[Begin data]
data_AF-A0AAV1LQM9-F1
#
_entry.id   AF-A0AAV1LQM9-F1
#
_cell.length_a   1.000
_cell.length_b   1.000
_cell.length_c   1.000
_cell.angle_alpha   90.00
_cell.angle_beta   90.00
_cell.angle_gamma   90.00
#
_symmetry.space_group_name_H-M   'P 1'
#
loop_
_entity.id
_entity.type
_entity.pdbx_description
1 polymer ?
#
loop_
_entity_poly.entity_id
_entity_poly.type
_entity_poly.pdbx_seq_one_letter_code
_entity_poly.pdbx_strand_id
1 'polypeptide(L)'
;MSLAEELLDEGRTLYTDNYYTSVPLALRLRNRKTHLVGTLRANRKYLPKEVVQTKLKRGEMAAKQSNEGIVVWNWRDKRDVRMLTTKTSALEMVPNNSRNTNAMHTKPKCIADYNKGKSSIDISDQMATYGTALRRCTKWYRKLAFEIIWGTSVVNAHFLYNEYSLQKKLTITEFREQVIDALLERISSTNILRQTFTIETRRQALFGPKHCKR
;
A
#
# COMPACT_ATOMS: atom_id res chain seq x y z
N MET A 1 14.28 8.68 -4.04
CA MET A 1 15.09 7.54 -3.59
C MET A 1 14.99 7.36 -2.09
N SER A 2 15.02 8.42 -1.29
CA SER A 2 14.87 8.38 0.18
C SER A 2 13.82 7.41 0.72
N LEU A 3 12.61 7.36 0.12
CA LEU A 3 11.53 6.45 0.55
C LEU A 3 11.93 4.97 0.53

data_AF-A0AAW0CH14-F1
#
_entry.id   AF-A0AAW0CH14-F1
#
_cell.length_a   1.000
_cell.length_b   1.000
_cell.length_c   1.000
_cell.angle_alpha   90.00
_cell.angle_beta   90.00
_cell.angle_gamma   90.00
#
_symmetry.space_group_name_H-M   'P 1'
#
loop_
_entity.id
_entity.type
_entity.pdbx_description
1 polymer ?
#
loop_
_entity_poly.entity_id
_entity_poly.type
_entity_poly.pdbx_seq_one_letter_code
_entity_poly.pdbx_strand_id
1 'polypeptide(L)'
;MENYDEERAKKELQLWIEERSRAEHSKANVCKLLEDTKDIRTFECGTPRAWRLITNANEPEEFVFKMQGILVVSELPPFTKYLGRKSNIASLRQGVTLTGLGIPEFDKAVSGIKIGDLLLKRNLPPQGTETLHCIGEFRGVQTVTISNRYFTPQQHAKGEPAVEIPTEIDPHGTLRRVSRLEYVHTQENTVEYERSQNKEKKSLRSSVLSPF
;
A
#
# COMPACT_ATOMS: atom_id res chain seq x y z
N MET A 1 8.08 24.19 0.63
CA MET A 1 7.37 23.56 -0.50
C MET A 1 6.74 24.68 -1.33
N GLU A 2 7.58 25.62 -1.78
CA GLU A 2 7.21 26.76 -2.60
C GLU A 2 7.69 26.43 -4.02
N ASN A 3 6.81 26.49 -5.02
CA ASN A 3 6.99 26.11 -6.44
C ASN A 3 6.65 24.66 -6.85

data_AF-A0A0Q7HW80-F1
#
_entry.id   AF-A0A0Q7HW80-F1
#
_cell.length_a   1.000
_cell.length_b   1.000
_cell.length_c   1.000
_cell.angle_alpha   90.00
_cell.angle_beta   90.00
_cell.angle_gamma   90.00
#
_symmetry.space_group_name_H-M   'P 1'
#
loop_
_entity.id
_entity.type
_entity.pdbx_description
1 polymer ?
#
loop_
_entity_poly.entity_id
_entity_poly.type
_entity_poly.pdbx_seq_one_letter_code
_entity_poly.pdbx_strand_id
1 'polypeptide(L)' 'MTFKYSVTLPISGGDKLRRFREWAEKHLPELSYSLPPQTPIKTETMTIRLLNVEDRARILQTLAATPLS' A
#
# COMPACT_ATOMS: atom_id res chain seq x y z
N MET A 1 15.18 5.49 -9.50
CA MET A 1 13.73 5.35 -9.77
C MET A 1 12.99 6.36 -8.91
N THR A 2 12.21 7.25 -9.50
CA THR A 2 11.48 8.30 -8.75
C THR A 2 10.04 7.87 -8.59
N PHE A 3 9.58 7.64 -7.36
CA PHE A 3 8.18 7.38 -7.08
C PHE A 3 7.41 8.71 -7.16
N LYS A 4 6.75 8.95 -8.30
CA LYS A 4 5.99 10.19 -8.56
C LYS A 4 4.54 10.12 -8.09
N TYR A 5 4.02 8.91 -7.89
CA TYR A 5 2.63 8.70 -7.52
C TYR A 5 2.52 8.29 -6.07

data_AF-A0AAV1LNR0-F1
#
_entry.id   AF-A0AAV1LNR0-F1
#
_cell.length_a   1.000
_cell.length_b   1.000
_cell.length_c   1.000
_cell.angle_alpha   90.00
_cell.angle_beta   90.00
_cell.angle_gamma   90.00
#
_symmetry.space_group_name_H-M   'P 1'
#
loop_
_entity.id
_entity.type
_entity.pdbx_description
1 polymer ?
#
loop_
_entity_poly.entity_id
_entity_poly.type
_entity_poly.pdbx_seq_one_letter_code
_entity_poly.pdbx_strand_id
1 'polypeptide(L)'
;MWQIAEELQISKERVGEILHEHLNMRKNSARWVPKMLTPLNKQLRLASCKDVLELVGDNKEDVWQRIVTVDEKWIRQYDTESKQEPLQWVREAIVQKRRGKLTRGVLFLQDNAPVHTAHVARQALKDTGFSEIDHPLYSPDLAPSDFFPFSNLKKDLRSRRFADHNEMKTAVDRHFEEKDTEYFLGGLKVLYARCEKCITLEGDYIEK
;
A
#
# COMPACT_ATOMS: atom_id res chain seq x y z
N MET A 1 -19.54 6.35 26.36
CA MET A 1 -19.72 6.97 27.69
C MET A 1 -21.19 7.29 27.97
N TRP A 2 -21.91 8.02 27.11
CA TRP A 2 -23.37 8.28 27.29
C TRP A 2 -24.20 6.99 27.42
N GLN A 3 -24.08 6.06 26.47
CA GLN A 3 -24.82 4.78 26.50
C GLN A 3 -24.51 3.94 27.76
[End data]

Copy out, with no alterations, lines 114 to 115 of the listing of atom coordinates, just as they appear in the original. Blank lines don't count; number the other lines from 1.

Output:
C PHE A 3 7.41 8.71 -7.16
N LYS A 4 6.75 8.95 -8.30